Maintaining Flat Roofs
In our Northwest environment, flat or commercial roofs have one of the toughest jobs in the exterior world. In the summer, flat roofs must resist heat and extreme UV exposure from the south. In the winter, they must keep the contents of the building dry from rain and the occasional wet snow, and they must also guard against condensation from the inside of the building due to our unique high humidity, low temperature fall, winter and spring seasons. Many flat roofs must also be able to contend with falling branches and tree debris.
Due to their high expense and high likelihood of problems, we recommend a close inspection for all of these factors at regular intervals. Manufacturers often require these inspections for their roof system warranty. Staying abreast of conditions on your flat roof through inspection and performing necessary repairs may save substantial headache and wallet-ache.
Maintaining Tile Roofs
Tile roofs usually come with 50-year or greater life expectancies. However, due to our unique Northwestern weather conditions, we see leakage begin in less than 10 years of service life.
Generally speaking, most tile roofs were not designed for the Northwest climate. They are a single coverage product, meaning that they are only one layer thick on about 60% of the roof surface, while asphalt composition and cedar roofing is two-layers thick (or greater). When tile seams and joints become lined with blockage from tree debris and moss, water is naturally re-routed underneath the roofing. Most tile roofs have a paper-based felt paper that is the only thing keeping the house dry. This felt paper cannot handle long-term saturation with water. The result? Plywood damage and slow, leeching leakage that damages the roof structure.
Because of this reality, maintaining tile roofs carefully and consistently is key. These products have specialty coatings on them to protect them from soaking up water and from freezing, thawing and breaking. Often times, we see these coatings removed by aggressive cleaning, which also compromises the roof. Continued and diligent maintenance efforts are key to ensuring the maximum life expectancy of your tile roof.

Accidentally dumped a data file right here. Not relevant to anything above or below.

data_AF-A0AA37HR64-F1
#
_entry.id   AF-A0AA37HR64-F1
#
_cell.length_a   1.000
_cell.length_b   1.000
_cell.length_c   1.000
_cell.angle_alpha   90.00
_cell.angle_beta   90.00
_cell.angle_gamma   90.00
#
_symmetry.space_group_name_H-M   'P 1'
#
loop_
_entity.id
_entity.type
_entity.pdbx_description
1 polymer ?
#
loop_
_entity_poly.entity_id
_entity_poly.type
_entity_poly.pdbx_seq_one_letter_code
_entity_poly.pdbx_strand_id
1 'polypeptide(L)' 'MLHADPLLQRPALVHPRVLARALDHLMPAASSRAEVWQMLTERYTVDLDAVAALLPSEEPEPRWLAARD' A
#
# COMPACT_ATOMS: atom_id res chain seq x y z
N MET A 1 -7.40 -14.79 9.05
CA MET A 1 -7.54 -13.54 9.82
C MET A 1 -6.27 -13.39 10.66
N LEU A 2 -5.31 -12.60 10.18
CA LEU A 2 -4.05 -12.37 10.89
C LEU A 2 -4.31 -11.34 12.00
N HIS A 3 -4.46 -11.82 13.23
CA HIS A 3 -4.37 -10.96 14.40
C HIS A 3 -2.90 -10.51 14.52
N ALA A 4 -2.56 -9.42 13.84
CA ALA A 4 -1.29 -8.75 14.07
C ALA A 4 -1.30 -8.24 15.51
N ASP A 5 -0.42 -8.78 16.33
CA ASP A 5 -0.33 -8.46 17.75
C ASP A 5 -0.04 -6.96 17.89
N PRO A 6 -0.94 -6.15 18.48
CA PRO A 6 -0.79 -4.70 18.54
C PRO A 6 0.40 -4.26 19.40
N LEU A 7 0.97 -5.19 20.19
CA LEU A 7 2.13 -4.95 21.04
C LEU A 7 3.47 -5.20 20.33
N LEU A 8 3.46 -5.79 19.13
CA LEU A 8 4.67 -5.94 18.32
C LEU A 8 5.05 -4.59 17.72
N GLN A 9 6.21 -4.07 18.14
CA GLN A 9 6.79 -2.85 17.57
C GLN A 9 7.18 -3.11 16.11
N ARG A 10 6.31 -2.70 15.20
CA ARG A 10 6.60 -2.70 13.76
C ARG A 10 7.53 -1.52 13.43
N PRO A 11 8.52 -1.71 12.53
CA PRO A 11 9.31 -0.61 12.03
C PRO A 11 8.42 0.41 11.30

Another unique handicap with tile roofing is the batten system. Battens are wood strips that the tiles hang on. Tile roof valleys often have battens that dam debris in the roof assembly. These, too, need attention and cleaning.
We repair and service all roofs. It is important to consider the two different repair approaches when we are discussing roof repairs.
There are generally two types of repair. “Temporary repairs” are repairs that do not involve complete correction of the problem. Unfortunately, most repairs in the roofing industry fall under this category. Roofers often think of repairs as a “patch.” This is a temporary perspective that does not consider a long-term objective. It is a “stop the problem now, worry about the long-term results later.”
“Permanent repairs” are when the entire problem is corrected so that the issue will get the maximal life of the roof covering. This is a quality approach. Permanent repairs require more expertise, time and effort, and often times involve a more complete approach to preparation and detail work.
Both repair approaches have their place. We recommend communication with your estimator to determine which approach they are proposing and which approach may be the best fit for you.